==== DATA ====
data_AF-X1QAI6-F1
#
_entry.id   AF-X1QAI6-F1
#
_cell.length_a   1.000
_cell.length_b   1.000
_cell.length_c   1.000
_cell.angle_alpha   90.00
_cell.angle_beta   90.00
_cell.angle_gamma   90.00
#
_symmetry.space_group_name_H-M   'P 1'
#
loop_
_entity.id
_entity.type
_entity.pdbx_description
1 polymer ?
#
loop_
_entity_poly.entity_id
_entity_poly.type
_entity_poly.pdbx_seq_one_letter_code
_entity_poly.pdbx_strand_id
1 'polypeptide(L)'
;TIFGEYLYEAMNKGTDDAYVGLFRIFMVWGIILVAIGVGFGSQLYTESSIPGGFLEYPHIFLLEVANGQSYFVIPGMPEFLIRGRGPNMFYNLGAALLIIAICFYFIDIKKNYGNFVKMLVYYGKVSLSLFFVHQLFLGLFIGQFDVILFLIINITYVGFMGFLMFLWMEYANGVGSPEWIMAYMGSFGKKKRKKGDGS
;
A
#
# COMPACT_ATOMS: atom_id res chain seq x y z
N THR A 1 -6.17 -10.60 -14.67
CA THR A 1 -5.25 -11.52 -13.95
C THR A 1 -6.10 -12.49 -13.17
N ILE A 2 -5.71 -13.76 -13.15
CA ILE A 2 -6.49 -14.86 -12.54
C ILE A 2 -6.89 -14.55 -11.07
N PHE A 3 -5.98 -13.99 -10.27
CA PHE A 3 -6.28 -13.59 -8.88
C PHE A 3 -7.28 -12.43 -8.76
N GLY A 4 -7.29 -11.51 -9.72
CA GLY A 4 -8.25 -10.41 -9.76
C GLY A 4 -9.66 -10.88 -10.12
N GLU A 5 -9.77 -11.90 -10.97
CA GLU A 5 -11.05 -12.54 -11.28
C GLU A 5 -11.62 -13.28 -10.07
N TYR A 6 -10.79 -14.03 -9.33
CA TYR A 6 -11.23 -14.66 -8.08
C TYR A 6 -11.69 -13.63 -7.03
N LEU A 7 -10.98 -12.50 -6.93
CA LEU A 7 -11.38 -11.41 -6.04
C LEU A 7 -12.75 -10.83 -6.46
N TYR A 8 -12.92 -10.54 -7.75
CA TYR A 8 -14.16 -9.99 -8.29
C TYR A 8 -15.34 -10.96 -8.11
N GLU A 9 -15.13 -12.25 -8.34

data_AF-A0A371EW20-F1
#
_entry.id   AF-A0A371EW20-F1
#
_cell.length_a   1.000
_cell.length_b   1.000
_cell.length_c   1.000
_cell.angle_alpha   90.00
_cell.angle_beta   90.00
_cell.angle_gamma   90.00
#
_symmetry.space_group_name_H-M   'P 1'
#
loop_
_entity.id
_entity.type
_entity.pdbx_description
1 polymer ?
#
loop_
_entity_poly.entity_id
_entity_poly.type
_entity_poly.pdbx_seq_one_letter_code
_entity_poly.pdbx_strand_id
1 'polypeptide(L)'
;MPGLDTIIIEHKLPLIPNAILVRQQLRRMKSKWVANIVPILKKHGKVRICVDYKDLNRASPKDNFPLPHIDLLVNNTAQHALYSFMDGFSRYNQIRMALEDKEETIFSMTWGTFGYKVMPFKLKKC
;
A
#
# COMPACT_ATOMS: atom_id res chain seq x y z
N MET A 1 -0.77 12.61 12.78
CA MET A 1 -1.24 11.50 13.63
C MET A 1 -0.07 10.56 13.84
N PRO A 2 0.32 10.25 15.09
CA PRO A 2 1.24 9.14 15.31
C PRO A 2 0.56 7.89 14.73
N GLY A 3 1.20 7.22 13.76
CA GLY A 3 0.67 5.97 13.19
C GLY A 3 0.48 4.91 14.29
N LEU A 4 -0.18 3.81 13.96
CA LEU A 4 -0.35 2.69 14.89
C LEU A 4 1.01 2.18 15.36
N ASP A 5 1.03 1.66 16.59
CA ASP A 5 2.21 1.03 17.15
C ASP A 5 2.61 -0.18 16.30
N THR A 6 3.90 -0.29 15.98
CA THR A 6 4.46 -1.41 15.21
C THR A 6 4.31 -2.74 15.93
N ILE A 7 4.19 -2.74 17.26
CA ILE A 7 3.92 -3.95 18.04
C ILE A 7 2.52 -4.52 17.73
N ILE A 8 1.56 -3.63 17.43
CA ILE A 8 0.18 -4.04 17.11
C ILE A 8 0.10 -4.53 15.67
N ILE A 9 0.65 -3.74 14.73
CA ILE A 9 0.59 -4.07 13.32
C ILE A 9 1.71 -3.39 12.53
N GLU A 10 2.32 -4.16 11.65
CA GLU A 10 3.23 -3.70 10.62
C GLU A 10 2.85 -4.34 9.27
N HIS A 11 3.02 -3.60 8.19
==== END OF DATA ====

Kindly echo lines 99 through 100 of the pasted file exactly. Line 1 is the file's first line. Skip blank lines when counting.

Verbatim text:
CA ASP A 5 2.21 1.03 17.15
C ASP A 5 2.61 -0.18 16.30